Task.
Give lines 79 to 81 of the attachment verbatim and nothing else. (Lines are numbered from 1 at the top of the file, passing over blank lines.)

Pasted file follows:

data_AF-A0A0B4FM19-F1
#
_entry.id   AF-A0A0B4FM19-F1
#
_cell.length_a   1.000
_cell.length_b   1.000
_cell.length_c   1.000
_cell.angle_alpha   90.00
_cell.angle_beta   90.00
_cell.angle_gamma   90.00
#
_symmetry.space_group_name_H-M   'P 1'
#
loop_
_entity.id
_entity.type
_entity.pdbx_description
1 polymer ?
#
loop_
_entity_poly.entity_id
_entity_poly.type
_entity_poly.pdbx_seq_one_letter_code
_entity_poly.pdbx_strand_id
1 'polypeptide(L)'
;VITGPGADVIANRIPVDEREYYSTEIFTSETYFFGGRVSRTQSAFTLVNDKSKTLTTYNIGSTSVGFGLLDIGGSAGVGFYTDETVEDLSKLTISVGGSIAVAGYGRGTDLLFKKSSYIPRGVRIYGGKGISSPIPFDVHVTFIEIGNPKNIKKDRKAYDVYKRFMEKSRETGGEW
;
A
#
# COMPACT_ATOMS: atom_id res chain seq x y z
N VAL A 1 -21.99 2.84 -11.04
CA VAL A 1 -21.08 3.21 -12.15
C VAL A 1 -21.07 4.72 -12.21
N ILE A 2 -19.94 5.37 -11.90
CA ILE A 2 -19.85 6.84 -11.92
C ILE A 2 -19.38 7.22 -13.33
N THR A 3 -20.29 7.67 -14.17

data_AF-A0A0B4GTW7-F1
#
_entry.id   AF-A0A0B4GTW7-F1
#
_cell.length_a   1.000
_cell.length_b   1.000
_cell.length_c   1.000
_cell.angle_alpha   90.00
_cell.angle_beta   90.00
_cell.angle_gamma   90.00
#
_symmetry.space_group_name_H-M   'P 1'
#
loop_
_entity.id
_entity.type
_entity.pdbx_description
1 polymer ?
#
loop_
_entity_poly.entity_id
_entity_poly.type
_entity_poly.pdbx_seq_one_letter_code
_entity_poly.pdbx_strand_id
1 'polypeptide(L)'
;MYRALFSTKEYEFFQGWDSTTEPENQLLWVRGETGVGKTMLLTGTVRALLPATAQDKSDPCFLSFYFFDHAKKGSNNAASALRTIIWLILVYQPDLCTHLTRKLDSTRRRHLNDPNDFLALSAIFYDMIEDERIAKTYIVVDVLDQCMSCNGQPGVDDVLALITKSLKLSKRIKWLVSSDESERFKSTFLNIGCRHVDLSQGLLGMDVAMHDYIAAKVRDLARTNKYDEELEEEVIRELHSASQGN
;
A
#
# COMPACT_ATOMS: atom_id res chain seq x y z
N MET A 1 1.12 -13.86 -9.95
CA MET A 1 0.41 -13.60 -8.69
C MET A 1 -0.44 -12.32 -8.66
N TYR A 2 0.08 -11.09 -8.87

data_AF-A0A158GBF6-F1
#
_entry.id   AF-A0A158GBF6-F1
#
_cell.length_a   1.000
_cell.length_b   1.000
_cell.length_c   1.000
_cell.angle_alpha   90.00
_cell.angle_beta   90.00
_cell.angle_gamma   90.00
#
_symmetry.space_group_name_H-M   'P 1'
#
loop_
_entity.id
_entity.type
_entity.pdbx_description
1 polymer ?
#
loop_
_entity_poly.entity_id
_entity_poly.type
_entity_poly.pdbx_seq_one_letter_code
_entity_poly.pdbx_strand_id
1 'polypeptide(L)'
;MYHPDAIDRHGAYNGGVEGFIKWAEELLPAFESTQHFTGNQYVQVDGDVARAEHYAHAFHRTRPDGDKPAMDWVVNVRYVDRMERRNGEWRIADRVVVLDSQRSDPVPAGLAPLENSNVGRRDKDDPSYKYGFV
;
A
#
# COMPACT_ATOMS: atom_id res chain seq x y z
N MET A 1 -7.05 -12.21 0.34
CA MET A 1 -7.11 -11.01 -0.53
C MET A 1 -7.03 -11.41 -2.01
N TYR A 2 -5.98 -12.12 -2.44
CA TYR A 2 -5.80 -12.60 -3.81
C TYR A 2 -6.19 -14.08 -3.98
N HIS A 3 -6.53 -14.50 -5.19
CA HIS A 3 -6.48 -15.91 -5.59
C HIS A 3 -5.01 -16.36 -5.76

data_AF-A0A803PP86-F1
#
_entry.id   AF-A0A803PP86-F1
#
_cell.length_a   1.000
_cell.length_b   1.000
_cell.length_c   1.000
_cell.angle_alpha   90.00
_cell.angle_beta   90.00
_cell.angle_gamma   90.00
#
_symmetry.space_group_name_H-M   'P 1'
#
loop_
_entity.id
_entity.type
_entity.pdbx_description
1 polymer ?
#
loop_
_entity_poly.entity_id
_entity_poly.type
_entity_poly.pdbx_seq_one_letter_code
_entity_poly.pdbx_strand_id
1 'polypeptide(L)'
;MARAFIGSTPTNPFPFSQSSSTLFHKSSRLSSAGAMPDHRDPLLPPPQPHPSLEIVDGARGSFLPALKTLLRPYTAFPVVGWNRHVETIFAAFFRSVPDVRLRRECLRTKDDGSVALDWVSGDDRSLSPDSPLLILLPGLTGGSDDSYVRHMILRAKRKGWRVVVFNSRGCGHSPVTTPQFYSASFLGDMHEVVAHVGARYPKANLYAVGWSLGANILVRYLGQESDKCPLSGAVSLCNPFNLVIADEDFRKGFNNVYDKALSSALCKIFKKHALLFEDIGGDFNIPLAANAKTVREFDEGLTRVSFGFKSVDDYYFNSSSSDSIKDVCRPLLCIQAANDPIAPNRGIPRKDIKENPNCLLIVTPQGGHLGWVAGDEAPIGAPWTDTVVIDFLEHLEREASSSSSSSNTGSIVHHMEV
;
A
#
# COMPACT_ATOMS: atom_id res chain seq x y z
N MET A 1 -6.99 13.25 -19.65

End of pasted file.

_cell.angle_alpha   90.00
_cell.angle_beta   90.00
_cell.angle_gamma   90.00